The Faulty Science of Patriarchy
What to say when they say women are biologically different, and are thus less.
Posted May 10, 2018
Recently, the New York times published opinion pieces advocating “redistribution of sex” and lamenting impingement on free speech of misogynists. These articles, as are many others of similar vein, are a result of the #MeToo movement successes: Bill Cosby conviction, Nike management reshuffling, Schneiderman’s resignation. The powerful never give up power without fighting back. Because most people are not well-versed in gender biology or psychology, the argument about men being biologically “better” than women is rarely refuted, creating an illusion that it is irrefutable. Here’s a retort, if you should find yourself one day talking to a someone who makes this claim.
What to say when they say women are biologically different, and are thus less:
Yes, we are biologically different. We can have children, and men cannot. We are more likely to survive many diseases, and recover from traumatic brain injury. We are less prone to anger, aggression, and risk-taking (insurance companies already know this).
Fun fact: There are biological differences between lefties and righties. Does that mean we shouldn’t promote lefties as much as righties? There are biological differences between Jews and non-Jews. The Nazis saw this as an argument for Jews’ inferiority; Jews comprise 22.5 percent of Noble Prize winners, but only about .02 percent of the world’s population.
Likewise, there’s not a shred of evidence that any of the documented differences between men and women amount to women’s inferiority.
Are men smarter than women? No. On average, men’s IQs are not significantly different from women’s.
Men do score higher on one subscale of the test (3-d rotation). But women score higher on another subscale (verbal). It is true, there are more “genius” range IQ scores among men then among women. This is balanced by the opposite end of the scale: there are more men scoring in the “mental retardation” range of IQ than women. In other words, there are more outliers among men than among women.
What else does this talk of biological differences between genders imply? Infamously, then-Harvard President Larry Summers observed that women tend to have children at some point in their careers, at which point they cease being able to spend 14 hours at work, and even may take a year or more off. But those children have fathers, do they not? That the fathers do not take on equal share of childcare is a problem that, if anything, is rooted in men’s biology, not women’s.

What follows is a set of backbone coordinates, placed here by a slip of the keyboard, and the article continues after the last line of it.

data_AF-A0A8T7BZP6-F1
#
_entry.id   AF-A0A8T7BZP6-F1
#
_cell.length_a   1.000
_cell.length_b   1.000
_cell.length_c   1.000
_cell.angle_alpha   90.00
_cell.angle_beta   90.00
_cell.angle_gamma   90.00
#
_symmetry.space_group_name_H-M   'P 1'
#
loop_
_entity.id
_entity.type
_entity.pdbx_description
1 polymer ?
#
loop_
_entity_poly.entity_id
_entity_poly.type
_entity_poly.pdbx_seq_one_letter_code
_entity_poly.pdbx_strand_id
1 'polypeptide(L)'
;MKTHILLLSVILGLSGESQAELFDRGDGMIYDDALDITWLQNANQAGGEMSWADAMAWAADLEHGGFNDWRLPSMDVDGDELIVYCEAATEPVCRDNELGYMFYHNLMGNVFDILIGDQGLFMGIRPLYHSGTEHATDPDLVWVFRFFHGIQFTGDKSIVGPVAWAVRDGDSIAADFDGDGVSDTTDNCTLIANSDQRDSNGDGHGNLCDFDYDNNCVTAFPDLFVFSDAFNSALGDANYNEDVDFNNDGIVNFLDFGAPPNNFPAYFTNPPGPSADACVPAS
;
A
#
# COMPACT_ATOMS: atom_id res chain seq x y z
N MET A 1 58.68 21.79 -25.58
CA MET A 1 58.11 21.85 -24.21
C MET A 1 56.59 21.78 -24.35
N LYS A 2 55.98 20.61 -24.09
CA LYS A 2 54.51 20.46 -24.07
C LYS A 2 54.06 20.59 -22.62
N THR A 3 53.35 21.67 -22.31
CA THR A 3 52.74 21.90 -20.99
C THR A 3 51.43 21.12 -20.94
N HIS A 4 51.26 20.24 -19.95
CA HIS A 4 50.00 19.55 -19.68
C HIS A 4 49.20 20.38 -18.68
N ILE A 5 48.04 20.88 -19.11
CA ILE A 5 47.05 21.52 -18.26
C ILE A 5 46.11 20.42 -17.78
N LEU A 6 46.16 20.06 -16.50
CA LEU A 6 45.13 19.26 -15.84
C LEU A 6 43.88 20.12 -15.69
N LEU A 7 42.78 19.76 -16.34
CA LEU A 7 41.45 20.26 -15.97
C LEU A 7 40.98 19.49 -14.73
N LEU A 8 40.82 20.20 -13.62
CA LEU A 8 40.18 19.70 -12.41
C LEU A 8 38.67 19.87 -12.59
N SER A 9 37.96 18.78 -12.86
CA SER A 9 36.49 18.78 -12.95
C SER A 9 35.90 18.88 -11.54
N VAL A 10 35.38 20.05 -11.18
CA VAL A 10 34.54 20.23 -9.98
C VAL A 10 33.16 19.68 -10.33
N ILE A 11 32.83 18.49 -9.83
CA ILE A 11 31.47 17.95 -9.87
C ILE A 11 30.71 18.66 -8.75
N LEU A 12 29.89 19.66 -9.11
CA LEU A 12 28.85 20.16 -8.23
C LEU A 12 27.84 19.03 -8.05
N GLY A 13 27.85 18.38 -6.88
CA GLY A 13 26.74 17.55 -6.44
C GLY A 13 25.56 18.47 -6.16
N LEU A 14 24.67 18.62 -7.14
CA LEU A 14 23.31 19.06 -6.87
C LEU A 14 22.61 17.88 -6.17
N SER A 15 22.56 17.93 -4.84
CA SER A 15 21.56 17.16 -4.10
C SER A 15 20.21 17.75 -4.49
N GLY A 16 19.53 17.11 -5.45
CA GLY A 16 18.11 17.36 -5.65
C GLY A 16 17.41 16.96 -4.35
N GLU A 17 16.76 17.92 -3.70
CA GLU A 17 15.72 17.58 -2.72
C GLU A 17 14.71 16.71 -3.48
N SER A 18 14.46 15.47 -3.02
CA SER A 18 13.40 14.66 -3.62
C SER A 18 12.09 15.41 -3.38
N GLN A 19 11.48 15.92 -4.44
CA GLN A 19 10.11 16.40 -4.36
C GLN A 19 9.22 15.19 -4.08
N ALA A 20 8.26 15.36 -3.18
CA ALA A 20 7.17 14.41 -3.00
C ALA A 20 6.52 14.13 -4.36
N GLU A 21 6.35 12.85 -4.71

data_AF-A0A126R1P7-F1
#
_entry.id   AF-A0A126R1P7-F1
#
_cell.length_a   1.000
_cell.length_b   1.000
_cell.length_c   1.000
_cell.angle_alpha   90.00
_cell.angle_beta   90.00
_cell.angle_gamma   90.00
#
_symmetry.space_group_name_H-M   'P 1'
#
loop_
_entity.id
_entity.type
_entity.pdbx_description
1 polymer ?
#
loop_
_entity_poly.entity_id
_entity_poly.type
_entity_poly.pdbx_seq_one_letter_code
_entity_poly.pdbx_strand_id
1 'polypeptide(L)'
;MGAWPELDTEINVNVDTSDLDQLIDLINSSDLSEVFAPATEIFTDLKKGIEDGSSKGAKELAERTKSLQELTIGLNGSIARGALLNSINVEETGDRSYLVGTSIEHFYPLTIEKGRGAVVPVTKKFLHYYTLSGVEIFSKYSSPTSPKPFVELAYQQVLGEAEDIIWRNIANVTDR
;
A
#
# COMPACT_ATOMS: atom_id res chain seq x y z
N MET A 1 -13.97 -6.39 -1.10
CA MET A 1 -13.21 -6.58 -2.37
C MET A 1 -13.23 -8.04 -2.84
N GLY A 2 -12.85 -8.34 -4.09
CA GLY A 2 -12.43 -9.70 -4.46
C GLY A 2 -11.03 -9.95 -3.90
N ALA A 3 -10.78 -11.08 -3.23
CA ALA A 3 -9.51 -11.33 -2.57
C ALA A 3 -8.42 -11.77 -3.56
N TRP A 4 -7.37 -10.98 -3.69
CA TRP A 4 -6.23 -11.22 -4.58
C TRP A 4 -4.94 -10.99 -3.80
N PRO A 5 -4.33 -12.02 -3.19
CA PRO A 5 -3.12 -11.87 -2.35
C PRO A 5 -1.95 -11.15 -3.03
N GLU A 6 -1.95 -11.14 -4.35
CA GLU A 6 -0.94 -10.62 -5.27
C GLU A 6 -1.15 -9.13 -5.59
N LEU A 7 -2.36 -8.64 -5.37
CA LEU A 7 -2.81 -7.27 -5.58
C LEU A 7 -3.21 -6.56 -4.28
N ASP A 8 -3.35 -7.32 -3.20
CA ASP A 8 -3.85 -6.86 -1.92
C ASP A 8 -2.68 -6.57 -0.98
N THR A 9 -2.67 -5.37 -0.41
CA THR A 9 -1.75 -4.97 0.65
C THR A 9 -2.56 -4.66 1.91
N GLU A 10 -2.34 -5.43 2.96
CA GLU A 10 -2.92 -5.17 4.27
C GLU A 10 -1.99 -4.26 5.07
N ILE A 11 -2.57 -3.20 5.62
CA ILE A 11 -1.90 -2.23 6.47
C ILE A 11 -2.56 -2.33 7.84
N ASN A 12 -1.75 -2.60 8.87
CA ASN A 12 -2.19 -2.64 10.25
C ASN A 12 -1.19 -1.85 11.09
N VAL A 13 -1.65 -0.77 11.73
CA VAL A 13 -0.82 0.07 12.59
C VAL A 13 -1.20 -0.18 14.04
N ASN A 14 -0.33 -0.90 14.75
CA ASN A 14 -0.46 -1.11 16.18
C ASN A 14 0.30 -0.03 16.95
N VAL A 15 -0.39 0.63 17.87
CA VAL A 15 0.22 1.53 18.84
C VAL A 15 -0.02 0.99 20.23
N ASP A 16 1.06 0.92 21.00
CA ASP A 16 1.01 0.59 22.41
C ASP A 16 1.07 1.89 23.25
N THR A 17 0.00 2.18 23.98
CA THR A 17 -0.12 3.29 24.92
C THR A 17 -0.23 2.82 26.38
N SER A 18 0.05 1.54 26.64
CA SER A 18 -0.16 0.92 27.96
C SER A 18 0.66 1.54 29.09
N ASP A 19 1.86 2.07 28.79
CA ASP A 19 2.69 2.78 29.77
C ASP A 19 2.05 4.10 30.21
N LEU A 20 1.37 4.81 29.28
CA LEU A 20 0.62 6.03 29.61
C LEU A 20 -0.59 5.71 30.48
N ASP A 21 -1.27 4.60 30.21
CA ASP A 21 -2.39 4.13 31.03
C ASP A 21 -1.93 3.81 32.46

Another popular tune is that women are too emotional and are thus worse than men at making decisions. It is true that women are more prone to depression than men. They feel sad more often than men. But men feel angry more often than women. Men are more prone to violence, and substance abuse. In other words, men and women are equally emotional, only their default negative emotion is different. Mens' emotions are more dangerous, costly, and illegal.
As to decision making? Well, men, here we have you beat. Turns out, under normal conditions, men are not different than women in decision making. But when a decision has to be made under stress, men become more aggressive and risk-prone. They make worse decisions than women, and, when asked about their strategy, men, but not women, fail to see any problems with it. As stress increases, so does the rate of men’s misses. Also, with increased stress men become more egocentric, whereas women actually become more empathetic as stress increases.
A review of 2,400 corporations before, during, and after the 2008 financial crisis found that companies that had at least one woman on board of directors outperformed those with all-male boards by 26 percent!
One argument will not dismantle the patriarchy. But it can undermine the false claims and bogus data that prop it up. When you take these props away from chauvinistic men, watch the stress make them more aggressive and egocentric. Watch them resort to personal attacks. But know that you’ve won that argument.